On petition for judicial review to the Workers' Compensation Court, Synek argued that the hearing examiner's decision was not supported by substantial evidence. The court concluded that substantial evidence supported the decision and affirmed the determination that Synek's treatments were not compensable.

In reviewing an agency's decision in a contested case procedure under the Montana Administrative Procedure Act, reviewing courts apply the standards of review contained in § 2-4-704, MCA; State Comp. Mut. v. Lee Rost Logging (1992), 252 Mont. 97, 102, 827 P.2d 85, 88. Section 2-4-704(2)(a)(v), MCA, provides that the agency's decision may be reversed if substantial rights have been prejudiced because the agency's findings, inferences, conclusions or decisions are clearly erroneous in view of the substantial evidence of record. Lee Rost, 827 P.2d at 88. We apply the same standard of review as did the Workers' Compensation Court.

Synek argues that her treatments have been aimed at achieving stability and, therefore, that they are compensable "therapeutics" under § 29.24.2003, ARM, and not "maintenance" as defined in § 29.24.2004, ARM. She asserts that a patient whose condition is unstable at any point in time following the work-related injury is entitled to chiropractic treatment at the insurer's expense. She further contends that the hearing examiner's application of the chiropractic rules produces an absurd result which justifies reversal.

In 1987, Berish wrote to the State Fund that Synek was being treated:

as needed for temporary relief of pain. Her condition continues to deteriorate gradually and remains unstable. I am providing palliative care for her so that she may function more comfortably on a day to day basis.

Berish reaffirmed this characterization of Synek's treatments during the hearing. She testified that her treatment of Synek's condition was "palliative" in nature, a term she defined as offering relief from pain with no cure expected. Berish also testified that, as of November 1988, Synek had reached a state of "maximum medical improvement," and that she did not expect further improvement in Synek's condition.

Berish's testimony establishes that the chiropractic treatments for which Synek seeks compensation are not compensable under the applicable administrative rules. Section 24.29.2003, ARM, authorizes payment for treatments necessary to return the patient to a preclinical status or establish a stationary status. Berish's characterization of Synek's condition was that it was worsening, was not expected to become preclinical and might never reach a stable condition. Thus, Berish's testimony supports the Department's determination that her treatments of Synek were not "therapeutics" for which workers' compensation is available under § 24.29.2003, ARM. Indeed, Berish's testimony that the treatments were provided "as needed," and for "temporary relief from pain," corresponds to the definition of "maintenance" contained in--and not compensable under--s 24.29.2004, ARM, in that the treatments were provided to optimize Synek's state of health by relieving pain as her condition deteriorates with age. We conclude that the hearing examiner's findings and decision were supported by substantial evidence and are not clearly erroneous.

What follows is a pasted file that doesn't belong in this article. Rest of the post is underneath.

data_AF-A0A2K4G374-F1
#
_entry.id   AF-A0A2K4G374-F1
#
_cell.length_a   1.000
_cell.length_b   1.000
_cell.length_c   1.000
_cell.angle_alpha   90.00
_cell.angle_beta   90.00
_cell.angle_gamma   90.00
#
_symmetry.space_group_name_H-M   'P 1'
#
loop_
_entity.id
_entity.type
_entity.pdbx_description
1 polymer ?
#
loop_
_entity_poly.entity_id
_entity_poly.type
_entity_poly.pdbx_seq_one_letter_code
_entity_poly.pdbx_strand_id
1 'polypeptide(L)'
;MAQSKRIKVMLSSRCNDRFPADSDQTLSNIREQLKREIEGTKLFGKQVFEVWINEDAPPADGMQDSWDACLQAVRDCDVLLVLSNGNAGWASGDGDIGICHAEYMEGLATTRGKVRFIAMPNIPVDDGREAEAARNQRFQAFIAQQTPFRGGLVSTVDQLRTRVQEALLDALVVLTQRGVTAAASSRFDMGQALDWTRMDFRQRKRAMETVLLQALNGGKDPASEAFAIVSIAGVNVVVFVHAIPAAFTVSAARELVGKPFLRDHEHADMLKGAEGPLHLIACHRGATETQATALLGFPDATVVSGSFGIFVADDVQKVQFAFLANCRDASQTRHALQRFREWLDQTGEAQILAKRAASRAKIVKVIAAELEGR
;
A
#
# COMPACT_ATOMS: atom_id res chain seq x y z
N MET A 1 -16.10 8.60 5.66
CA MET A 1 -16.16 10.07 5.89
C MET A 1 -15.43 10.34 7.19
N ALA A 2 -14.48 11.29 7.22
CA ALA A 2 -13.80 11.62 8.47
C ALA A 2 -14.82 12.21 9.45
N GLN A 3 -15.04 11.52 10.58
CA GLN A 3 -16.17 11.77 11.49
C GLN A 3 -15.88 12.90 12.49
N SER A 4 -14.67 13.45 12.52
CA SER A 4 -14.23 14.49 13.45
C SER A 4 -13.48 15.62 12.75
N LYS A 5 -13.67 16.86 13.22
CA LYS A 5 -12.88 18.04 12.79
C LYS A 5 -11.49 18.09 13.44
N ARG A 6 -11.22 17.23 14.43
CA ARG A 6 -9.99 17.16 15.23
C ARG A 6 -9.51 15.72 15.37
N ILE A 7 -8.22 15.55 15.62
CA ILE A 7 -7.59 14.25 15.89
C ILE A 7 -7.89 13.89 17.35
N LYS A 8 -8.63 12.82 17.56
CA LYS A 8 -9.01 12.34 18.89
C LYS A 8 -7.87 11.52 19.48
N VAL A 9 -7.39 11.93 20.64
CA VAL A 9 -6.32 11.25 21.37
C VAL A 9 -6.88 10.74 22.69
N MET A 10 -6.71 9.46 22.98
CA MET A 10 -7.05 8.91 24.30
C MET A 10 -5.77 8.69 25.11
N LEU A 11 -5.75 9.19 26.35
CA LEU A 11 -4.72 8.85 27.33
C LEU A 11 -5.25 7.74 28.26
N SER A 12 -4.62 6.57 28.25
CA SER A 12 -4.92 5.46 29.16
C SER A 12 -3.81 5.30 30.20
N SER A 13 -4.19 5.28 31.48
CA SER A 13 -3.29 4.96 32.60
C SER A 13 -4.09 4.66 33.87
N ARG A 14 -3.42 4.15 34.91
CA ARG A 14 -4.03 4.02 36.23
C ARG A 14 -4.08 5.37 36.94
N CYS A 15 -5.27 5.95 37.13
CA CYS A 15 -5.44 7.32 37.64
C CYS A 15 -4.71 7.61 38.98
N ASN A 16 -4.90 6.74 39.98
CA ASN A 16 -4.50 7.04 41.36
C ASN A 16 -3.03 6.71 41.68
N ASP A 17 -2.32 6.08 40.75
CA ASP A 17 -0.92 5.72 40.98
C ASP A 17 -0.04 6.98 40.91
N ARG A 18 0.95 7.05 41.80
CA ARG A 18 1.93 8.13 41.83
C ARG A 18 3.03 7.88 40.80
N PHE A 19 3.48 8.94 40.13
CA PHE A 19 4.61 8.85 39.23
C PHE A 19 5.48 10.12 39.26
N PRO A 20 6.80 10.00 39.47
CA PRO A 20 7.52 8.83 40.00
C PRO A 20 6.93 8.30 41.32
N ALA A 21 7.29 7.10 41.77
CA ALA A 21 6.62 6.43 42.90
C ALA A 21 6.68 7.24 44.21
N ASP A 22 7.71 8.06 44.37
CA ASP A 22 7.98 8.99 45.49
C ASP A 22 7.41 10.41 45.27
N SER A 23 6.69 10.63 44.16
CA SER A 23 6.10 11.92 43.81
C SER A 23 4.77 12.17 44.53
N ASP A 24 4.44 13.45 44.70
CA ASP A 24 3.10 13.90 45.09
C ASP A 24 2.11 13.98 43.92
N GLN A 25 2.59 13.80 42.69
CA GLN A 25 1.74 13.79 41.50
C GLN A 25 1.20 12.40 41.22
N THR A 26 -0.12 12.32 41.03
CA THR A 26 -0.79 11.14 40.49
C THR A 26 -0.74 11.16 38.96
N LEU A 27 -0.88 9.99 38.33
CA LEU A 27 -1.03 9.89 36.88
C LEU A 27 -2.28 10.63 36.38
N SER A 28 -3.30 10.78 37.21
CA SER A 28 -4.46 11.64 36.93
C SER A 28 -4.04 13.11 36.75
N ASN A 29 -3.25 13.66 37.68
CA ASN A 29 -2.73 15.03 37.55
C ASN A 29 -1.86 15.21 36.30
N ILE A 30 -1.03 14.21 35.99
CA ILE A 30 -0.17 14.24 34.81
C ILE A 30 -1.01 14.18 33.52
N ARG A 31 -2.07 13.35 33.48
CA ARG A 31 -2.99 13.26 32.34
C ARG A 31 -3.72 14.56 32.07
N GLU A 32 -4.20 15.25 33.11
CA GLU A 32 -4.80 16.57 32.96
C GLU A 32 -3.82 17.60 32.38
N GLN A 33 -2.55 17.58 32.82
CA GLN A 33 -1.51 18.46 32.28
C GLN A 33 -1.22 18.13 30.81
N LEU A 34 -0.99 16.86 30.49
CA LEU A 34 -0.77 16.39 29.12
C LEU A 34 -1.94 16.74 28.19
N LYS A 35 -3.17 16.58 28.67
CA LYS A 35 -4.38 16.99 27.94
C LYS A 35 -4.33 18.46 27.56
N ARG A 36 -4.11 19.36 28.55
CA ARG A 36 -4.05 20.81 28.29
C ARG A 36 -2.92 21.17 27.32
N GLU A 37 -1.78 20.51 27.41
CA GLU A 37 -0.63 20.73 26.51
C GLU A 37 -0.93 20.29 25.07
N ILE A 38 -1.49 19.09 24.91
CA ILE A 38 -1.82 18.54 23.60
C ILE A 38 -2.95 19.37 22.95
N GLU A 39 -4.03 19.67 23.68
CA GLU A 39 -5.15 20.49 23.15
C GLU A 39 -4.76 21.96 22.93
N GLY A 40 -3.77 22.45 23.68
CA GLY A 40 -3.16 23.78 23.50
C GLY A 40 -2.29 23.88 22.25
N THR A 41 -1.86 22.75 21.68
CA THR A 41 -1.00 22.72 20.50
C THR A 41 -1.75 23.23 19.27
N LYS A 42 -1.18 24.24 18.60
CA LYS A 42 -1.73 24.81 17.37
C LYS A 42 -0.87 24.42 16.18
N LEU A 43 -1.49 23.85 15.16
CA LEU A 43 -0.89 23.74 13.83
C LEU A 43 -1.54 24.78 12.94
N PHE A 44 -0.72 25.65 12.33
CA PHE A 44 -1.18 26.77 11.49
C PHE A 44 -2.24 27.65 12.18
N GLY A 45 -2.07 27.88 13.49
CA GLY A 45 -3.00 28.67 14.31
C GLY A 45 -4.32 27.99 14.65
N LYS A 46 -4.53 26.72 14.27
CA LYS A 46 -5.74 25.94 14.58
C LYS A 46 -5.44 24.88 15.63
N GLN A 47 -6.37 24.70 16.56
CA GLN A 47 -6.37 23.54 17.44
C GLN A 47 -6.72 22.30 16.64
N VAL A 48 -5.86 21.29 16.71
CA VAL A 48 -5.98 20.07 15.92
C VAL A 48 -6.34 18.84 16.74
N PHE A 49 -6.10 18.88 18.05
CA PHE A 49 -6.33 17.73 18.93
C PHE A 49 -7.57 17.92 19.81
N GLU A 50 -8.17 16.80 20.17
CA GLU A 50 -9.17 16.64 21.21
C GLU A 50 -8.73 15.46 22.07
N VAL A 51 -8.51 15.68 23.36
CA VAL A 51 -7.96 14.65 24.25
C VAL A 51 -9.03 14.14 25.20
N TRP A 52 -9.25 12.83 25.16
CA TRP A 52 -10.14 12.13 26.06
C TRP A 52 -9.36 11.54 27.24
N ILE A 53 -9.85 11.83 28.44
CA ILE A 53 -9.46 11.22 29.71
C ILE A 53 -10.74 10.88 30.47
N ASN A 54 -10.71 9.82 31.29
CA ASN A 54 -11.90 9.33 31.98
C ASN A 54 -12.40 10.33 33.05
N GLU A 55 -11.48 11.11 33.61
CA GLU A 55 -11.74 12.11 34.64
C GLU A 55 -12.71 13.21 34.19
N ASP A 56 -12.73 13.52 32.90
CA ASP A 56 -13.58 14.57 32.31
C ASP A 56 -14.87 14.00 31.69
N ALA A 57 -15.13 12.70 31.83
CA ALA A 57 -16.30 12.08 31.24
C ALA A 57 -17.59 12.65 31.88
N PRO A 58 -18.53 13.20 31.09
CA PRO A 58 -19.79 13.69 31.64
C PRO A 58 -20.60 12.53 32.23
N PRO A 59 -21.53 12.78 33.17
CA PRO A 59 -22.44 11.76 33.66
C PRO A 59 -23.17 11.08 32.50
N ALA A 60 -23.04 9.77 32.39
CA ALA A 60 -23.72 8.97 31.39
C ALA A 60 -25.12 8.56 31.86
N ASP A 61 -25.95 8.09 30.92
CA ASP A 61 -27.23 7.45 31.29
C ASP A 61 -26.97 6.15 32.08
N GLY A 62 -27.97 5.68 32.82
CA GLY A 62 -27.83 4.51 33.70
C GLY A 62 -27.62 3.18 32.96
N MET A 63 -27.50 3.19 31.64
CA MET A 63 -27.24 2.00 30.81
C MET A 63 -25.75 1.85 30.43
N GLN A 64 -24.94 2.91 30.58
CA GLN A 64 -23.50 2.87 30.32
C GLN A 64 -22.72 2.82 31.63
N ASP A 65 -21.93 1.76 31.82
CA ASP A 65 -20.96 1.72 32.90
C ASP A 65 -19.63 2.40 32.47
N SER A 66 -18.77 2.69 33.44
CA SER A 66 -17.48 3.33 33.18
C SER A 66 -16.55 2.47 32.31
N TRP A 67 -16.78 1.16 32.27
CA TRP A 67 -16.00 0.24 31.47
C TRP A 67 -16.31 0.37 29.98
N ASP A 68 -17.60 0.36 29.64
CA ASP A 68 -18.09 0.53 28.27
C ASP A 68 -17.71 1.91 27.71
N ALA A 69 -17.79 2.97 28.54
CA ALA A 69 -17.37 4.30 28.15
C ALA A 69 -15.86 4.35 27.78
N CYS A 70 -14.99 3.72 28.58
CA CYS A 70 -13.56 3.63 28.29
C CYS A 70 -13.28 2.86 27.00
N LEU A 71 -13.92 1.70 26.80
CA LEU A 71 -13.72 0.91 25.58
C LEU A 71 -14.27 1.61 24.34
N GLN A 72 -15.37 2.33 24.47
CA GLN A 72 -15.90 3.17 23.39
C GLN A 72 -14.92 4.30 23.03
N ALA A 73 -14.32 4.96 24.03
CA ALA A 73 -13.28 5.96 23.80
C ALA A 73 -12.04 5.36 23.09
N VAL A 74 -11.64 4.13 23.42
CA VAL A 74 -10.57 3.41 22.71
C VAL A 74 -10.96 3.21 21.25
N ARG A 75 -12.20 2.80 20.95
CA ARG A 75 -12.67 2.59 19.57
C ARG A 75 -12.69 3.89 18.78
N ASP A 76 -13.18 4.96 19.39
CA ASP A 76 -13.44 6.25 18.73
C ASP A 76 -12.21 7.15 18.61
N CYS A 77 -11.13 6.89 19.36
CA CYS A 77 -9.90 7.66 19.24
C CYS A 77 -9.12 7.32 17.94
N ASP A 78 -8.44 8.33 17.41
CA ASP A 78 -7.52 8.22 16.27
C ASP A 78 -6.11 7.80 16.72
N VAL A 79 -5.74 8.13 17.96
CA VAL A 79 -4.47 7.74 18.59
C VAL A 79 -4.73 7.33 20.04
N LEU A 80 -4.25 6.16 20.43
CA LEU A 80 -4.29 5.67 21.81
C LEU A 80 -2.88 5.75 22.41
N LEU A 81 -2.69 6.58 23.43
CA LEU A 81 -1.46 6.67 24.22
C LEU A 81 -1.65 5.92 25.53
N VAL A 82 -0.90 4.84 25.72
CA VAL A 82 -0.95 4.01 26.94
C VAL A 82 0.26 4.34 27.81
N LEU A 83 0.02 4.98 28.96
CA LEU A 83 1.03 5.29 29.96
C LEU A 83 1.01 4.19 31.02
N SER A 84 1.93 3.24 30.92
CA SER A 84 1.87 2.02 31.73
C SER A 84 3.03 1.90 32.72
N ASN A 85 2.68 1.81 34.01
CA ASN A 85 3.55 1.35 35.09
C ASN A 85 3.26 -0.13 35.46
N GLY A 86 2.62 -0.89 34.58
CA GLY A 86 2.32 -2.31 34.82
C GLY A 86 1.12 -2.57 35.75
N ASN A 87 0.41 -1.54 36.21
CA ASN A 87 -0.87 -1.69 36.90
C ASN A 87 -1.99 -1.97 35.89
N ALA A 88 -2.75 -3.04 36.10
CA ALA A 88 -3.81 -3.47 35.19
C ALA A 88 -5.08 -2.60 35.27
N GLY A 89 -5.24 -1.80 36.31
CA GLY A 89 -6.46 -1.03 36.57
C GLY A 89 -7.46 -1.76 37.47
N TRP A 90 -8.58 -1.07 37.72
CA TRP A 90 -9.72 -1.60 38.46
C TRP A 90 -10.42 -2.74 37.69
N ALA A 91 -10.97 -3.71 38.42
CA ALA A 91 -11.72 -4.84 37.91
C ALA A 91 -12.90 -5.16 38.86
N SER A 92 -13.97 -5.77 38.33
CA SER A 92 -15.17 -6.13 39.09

Anticipating our conclusion that the hearing examiner's determination is supported by substantial evidence, Synek argues that §§ 24.29.2003 and 24.29.2004, ARM, are unreasonable, lead to an absurd result and constitute an improper basis for denial of her claim. She contends that Weis v. Div. of Workers' Compensation (1988), 232 Mont. 218, 755 P.2d 1385, supports her position. Her reliance on Weis is misplaced.

Weis involved two issues: whether the legislature, in enacting § 39-71-122, MCA (1985), intended to restrict the making of an "impairment rating" to licensed medical physicians; and whether the Division of Workers' Compensation properly exercised its...

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4 cases
  • Qwest v. Dept. of Public Service Reg., Psc, 05-035.
    • United States
    • Montana United States State Supreme Court of Montana
    • 19 Diciembre 2007
    ...174 P.3d 500 Service Com'n, 2001 MT 102, ¶ 18, 305 Mont. 260, ¶ 18, 26 P.3d 91, ¶ 18 (citing Synek v. State Compensation Ins. Fund, 272 Mont. 246, 250, 900 P.2d 884, 886 (1995)). Under § 2-4-704(2), MCA, a reviewing may not substitute its judgment for that of the agency as to the weight of ......
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    • United States
    • Montana United States State Supreme Court of Montana
    • 12 Junio 2001
    ...an agency decision, we apply the same standard as did the district court. See Synek v. State Compensation Mut. Ins. Fund (1995), 272 Mont. 246, 250, 900 P.2d 884, ¶ 19 In this case, as expressed under § 69-8-202(4), MCA, the Commission must process a request for approval of a transition pla......
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    • United States
    • Montana United States State Supreme Court of Montana
    • 13 Julio 1999
    ...same standard of review as did the Workers' Compensation Court. Loney, ¶ 14 (citing Synek v. State Compensation Mut. Ins. Fund (1995), 272 Mont. 246, 250, 900 P.2d 884, 886). In so doing, we review the Department's findings of fact to determine if they are clearly erroneous and the Workers'......